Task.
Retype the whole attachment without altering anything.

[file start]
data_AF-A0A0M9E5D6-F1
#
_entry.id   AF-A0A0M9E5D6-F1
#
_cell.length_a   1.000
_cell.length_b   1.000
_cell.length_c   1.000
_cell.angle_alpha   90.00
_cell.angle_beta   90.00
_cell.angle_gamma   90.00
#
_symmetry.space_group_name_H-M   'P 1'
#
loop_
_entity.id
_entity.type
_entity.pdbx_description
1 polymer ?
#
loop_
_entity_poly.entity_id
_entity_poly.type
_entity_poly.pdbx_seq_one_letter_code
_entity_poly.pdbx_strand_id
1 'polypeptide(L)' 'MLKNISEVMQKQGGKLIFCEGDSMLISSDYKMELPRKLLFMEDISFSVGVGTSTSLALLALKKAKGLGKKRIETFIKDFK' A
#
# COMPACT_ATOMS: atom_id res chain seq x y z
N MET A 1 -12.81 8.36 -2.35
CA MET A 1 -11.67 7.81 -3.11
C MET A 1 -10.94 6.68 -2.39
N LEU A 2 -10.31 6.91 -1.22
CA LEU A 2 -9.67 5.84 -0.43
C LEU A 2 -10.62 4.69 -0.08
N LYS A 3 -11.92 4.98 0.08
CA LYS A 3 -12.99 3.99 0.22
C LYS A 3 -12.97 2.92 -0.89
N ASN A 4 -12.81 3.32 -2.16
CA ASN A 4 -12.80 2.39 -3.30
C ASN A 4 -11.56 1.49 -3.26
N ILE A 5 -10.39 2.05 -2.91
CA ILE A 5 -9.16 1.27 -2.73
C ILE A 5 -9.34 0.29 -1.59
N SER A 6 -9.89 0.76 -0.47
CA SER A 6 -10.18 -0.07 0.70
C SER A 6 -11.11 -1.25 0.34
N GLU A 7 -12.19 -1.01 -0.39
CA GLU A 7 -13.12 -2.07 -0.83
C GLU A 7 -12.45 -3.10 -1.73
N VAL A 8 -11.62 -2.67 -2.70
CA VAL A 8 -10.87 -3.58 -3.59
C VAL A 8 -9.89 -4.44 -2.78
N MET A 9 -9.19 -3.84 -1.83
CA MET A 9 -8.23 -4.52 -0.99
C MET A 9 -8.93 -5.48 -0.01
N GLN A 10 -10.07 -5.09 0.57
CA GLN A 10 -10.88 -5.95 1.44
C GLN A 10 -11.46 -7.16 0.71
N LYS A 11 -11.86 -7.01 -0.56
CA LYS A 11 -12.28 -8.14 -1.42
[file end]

data_AF-A0A0M9E5D6-F1
#
_entry.id   AF-A0A0M9E5D6-F1
#
_cell.length_a   1.000
_cell.length_b   1.000
_cell.length_c   1.000
_cell.angle_alpha   90.00
_cell.angle_beta   90.00
_cell.angle_gamma   90.00
#
_symmetry.space_group_name_H-M   'P 1'
#
loop_
_entity.id
_entity.type
_entity.pdbx_description
1 polymer ?
#
loop_
_entity_poly.entity_id
_entity_poly.type
_entity_poly.pdbx_seq_one_letter_code
_entity_poly.pdbx_strand_id
1 'polypeptide(L)' 'MLKNISEVMQKQGGKLIFCEGDSMLISSDYKMELPRKLLFMEDISFSVGVGTSTSLALLALKKAKGLGKKRIETFIKDFK' A
#
# COMPACT_ATOMS: atom_id res chain seq x y z
N MET A 1 -12.81 8.36 -2.35
CA MET A 1 -11.67 7.81 -3.11
C MET A 1 -10.94 6.68 -2.39
N LEU A 2 -10.31 6.91 -1.22
CA LEU A 2 -9.67 5.84 -0.43
C LEU A 2 -10.62 4.69 -0.08
N LYS A 3 -11.92 4.98 0.08
CA LYS A 3 -12.99 3.99 0.22
C LYS A 3 -12.97 2.92 -0.89
N ASN A 4 -12.81 3.32 -2.16
CA ASN A 4 -12.80 2.39 -3.30
C ASN A 4 -11.56 1.49 -3.26
N ILE A 5 -10.39 2.05 -2.91
CA ILE A 5 -9.16 1.27 -2.73
C ILE A 5 -9.34 0.29 -1.59
N SER A 6 -9.89 0.76 -0.47
CA SER A 6 -10.18 -0.07 0.70
C SER A 6 -11.11 -1.25 0.34
N GLU A 7 -12.19 -1.01 -0.39
CA GLU A 7 -13.12 -2.07 -0.83
C GLU A 7 -12.45 -3.10 -1.73
N VAL A 8 -11.62 -2.67 -2.70
CA VAL A 8 -10.87 -3.58 -3.59
C VAL A 8 -9.89 -4.44 -2.78
N MET A 9 -9.19 -3.84 -1.83
CA MET A 9 -8.23 -4.52 -0.99
C MET A 9 -8.93 -5.48 -0.01
N GLN A 10 -10.07 -5.09 0.57
CA GLN A 10 -10.88 -5.95 1.44
C GLN A 10 -11.46 -7.16 0.71
N LYS A 11 -11.86 -7.01 -0.56
CA LYS A 11 -12.28 -8.14 -1.42